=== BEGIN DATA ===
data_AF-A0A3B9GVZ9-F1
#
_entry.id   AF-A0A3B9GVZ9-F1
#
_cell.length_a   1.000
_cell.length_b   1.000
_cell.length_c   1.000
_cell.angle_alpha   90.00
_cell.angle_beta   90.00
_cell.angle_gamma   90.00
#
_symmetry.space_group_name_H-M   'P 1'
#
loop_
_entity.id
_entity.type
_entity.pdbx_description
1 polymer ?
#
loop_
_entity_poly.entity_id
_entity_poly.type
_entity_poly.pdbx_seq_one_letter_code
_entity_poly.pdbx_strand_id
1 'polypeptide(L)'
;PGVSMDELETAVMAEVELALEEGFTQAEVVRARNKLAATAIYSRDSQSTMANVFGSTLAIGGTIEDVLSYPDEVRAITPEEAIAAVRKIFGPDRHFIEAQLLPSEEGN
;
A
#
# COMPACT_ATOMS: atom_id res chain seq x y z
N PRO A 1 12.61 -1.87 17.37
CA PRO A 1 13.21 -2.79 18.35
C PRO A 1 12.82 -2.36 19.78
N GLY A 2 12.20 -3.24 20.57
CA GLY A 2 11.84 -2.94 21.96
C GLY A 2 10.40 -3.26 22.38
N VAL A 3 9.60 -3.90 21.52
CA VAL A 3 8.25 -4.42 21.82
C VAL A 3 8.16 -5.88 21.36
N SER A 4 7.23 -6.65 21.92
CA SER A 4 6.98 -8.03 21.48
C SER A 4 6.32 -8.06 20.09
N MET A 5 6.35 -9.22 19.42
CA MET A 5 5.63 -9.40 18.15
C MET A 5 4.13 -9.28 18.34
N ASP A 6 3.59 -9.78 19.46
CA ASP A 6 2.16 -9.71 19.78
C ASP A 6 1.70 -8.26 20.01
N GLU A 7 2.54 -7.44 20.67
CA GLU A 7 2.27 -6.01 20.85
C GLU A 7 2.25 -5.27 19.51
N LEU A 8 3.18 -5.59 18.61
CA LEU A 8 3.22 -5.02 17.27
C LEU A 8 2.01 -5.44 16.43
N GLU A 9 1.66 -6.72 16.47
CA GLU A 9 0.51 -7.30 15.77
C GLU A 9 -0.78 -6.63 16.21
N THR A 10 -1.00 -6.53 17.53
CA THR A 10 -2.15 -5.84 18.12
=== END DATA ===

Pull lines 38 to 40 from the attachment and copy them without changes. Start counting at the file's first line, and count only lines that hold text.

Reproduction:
CA VAL A 3 8.25 -4.42 21.82
C VAL A 3 8.16 -5.88 21.36
N SER A 4 7.23 -6.65 21.92